Grand jury clears officer in deadly 2013 shooting

AUSTIN (KXAN) – A Travis County grand jury declined to issue an indictment against an Austin police officer who shot and killed a man last year.

Officer Jonathan Whitted responded to a home after John Schaefer called 911 to say he had shot and killed a dog that attacked him in his backyard.

The shooting happened in 10000 block of Lanshire Drive on March 1, 2013, near Kramer Lane and Metric Boulevard.

One week earlier, on February 24, 2013, Schaefer called 911 in regards to a dog in his backyard.  In that call, Schaefer ignored the dispatcher’s request to stay inside his home until police arrived and not confront the dog.

“I will be outside, thank you,” he told the dispatcher. “I can take care of myself, including with police, if I need to.”

“What does that mean?” the dispatcher asked.

“That means that I will take care of myself,” Schaefer said. “I will protect myself at whatever cost.”

On March 1, 2013, Schaefer called 911 a few minutes after the shooting saying a dog had attacked him and he shot the animal.

While on his way to the home, Whitted asked dispatchers to call Schaefer back and request he not have the gun on his person when officers arrive.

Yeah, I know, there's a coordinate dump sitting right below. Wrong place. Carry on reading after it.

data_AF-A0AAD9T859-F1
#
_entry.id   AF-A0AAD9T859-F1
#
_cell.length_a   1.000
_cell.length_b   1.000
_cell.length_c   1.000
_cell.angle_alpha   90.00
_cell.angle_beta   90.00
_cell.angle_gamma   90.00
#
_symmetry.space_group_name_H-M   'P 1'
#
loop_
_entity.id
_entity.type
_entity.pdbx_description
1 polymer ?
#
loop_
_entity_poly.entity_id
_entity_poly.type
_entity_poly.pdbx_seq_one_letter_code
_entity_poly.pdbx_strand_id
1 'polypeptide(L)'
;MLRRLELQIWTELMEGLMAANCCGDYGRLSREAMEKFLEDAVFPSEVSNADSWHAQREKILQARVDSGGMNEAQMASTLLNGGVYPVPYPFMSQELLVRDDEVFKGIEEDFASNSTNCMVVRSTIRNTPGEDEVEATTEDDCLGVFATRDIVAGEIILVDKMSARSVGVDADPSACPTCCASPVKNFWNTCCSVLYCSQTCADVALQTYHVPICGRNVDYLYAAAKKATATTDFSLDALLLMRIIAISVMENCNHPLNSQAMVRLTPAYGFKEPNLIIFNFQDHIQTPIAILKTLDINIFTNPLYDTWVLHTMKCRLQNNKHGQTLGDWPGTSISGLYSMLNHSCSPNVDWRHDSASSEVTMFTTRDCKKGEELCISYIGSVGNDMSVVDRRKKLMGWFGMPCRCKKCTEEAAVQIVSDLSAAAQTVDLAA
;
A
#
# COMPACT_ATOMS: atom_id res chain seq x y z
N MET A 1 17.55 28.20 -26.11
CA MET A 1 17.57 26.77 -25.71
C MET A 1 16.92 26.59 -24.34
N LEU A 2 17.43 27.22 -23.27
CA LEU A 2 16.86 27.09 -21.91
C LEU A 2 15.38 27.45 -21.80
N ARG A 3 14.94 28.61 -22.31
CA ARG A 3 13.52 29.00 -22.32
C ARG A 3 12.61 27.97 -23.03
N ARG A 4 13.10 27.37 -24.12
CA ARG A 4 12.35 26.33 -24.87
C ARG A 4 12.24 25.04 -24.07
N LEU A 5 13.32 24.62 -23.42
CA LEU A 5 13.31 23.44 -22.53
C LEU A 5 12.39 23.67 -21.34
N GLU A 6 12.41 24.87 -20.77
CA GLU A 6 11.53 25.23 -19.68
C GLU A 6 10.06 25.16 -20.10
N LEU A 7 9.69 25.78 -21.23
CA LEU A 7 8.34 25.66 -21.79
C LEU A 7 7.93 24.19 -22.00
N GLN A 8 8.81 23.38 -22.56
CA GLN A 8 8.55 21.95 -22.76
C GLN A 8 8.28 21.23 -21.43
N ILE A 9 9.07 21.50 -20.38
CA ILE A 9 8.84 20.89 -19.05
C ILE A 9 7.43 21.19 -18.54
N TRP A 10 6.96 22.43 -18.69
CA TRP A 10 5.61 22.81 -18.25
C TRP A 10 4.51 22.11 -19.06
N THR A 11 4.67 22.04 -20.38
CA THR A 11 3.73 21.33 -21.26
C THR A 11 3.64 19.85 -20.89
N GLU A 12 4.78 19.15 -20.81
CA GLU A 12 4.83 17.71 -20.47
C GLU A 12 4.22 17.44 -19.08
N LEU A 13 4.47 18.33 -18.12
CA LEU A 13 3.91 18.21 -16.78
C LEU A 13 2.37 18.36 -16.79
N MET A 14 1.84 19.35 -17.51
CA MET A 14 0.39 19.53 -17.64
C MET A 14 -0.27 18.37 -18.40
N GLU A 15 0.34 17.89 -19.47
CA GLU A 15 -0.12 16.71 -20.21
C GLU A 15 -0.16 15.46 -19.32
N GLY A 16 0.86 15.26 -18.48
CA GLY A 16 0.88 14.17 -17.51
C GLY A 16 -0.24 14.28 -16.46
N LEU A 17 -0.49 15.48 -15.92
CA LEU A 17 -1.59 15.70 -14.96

“No ma’am,” he told the dispatcher. “I have a (concealed handgun license) and I won’t give my gun up.”

When Whitted got to the home and approached the front door, he said Schaefer came outside with the gun in a holster on his hip.

The officer then reached for one of Schaefer’s hands to temporarily restrain him and secure the weapon during the investigation. As he did so, Schaefer pulled his hand away a drew his weapon, pointing it at Whitted, the officer said.

According to court documents, Whitted then pulled out his gun and shot Schaefer two times in the chest, killing him.

The grand jury heard approximately seven hours of testimony from nine witnesses, including two independent eyewitnesses to the shooting.

“The grand jury understood that Officer Whitted did what was necessary to protect his own life and the lives of others nearby,” said Charley Wilkison, executive director of the Combined Law Enforcement Associations of Texas. “The tragic lesson here is that armed citizens should always obey the lawful commands of police officers to put down their weapons and let the authorities do their jobs.”

The original version of this story incorrectly referenced the 911 call on February 24, 2013 as having happened on March 1, 2013.  KXAN has since updated the story to reflect the correct timeline of events.  We regret the error. provides commenting to allow for constructive discussion on the stories we cover. In order to comment here, you acknowledge you have read and agreed to our Terms of Service. Users who violate these terms, including use of vulgar language or racial slurs, will be banned. If you see an inappropriate comment, please flag it for our moderators to review.

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